A new device out of Texas A&M helps ocean fish descend to appropriate depth, and may usher in a longer fishing season.
Check out this video from SeaQualizer, which shows their new fangled contraption that helps safely lower and release fish to the proper depth and avoid barotrauma. There's no poking, venting, or harming the fish or sea bottom in any way.
A few related articles to check out:
The only problem with angling for deep-ocean fish is catch and release doesn't work so well. Fish below a depth of 50 meters have a specially developed swim bladder which allows them to maintain buoyancy at a proper depth, much like the ballast tanks in a submarine.
Unlike the ballast tanks in a submarine, however, once surfaced, these bladders tend to distend and fill with air, making it functionally impossible for fish to return to a depth required for survival. This is called Barotrauma, and it kills fish.
Unfortunately, the system is imperfect, and if your technique is off at all, it can leave the fish wounded, at an unnaturally shallow depth, quite often at greater risk of death.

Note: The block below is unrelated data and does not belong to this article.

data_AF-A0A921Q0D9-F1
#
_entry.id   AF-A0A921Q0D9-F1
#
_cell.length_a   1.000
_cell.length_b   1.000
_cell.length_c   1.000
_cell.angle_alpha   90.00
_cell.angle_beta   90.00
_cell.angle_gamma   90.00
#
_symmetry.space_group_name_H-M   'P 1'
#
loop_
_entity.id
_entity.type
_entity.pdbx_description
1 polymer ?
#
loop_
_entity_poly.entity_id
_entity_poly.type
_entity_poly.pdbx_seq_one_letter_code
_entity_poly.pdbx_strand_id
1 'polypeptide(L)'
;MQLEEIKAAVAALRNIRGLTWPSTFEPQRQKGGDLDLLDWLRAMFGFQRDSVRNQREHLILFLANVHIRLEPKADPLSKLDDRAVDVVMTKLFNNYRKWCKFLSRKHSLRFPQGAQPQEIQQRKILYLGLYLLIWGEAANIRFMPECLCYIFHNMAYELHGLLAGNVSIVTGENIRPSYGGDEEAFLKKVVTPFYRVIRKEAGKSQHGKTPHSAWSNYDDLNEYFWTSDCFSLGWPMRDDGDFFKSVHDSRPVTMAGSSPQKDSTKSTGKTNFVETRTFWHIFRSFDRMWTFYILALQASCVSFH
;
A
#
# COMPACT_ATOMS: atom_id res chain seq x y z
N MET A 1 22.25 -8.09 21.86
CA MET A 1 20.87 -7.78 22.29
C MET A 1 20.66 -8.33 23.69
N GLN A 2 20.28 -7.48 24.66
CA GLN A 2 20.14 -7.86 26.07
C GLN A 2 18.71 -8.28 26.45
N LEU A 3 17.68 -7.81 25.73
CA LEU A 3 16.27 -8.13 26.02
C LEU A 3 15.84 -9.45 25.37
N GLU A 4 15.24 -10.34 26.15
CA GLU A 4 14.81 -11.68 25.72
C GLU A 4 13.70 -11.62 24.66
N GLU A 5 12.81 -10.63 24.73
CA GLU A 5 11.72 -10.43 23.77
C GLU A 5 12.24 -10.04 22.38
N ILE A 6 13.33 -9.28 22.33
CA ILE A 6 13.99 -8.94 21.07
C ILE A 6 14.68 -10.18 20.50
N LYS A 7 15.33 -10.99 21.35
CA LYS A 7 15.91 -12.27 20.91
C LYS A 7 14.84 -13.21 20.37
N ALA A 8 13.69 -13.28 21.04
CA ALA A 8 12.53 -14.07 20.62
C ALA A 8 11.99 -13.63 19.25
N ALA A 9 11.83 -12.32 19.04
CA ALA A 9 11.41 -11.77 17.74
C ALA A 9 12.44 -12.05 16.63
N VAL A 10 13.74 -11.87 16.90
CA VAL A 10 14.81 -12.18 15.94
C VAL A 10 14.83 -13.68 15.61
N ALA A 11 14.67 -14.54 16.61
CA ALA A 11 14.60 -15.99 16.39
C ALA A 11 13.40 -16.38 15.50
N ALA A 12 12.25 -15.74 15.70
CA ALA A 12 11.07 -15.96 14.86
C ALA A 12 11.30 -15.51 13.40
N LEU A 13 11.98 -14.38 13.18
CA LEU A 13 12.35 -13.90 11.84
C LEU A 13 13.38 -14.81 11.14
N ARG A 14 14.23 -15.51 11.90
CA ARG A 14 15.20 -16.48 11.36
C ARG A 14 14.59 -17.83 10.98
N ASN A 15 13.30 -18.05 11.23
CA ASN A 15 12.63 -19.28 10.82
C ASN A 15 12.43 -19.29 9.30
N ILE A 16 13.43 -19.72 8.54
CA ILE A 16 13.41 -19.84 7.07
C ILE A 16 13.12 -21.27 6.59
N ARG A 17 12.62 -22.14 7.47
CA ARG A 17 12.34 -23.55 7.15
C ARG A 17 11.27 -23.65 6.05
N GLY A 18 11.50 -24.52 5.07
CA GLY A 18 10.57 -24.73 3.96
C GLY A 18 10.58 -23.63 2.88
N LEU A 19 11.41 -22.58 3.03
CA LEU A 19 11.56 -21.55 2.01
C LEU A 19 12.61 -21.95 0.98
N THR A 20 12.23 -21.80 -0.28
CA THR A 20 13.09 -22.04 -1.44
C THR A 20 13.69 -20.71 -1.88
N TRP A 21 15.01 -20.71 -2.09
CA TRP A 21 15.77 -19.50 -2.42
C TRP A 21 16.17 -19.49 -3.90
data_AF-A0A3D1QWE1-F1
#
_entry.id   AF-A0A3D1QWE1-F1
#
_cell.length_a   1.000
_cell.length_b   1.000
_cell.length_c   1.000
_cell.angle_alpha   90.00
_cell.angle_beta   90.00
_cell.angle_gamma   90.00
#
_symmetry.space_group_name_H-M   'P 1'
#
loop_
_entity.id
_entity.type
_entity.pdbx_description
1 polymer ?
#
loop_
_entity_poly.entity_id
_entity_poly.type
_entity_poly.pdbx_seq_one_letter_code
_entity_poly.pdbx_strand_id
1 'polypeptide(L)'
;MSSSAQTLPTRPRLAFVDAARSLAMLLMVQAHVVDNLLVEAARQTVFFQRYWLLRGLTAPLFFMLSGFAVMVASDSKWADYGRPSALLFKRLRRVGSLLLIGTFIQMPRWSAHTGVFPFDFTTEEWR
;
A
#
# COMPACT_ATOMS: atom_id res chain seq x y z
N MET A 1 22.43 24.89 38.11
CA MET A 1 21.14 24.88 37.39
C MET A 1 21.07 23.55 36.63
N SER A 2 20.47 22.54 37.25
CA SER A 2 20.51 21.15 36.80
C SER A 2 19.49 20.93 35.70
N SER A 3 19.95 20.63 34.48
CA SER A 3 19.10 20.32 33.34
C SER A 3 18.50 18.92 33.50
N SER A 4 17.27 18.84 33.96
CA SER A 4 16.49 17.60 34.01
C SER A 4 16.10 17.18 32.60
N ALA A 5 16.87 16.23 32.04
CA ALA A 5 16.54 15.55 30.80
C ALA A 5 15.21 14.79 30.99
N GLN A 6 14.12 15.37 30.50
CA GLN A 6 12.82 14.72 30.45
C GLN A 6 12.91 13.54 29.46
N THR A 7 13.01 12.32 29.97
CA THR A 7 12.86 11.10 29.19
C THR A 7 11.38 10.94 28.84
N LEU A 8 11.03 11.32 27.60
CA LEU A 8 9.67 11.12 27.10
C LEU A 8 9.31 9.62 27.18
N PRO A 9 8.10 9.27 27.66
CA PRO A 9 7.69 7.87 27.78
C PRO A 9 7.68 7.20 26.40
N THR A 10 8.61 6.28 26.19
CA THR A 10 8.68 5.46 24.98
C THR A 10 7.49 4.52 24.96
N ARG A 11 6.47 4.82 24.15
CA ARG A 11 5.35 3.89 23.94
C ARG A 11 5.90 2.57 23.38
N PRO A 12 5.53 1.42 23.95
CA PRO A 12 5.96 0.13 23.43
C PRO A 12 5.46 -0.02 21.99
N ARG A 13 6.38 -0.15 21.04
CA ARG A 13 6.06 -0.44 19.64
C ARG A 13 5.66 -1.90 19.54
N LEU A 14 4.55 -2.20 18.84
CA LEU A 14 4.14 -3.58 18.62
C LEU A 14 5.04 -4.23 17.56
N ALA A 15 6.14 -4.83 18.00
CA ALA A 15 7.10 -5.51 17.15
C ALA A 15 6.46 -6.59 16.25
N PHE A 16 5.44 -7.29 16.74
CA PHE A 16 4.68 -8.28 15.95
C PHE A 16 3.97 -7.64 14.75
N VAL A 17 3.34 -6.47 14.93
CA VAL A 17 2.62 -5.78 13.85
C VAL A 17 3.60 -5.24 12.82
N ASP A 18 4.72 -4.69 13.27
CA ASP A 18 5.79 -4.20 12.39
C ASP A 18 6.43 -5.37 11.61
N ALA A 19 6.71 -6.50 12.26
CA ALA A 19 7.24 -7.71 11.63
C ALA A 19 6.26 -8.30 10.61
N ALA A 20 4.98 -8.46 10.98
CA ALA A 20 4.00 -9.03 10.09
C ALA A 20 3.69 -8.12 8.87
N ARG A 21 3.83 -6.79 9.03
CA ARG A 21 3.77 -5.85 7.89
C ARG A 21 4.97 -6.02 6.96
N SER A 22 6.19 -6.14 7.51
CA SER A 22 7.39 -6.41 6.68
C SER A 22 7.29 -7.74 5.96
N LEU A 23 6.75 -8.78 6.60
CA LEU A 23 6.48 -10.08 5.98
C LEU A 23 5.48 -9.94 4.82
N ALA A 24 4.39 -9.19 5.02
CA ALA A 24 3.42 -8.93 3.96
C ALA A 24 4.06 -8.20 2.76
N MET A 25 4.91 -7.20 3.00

If fish die after being released, they can't grow bigger to eventually be caught and eaten, and the shorter the season has to be to maintain a healthy population.
Because of this, red snapper (a delicious, delicious fish) season this year in Florida has been reduced to nine days, with a total catch limit of two fish. For us deep water fishing enthusiasts, that's nothing.
Luckily the good students of Texas A&M have a fix: the Seaqualizer. Described as a "rapid re-compression device," the seaqualizer re-submerges fish with a weighted system to their proper depth, so that the gasses in the fishes' blood and swim-bladder don't continue to expand and cause barotrauma and death.
So, in an effort to increase the length of the snapper season, "Stop Vending, Start Descending."
Seaqualizer: awesome idea, or expensive junk?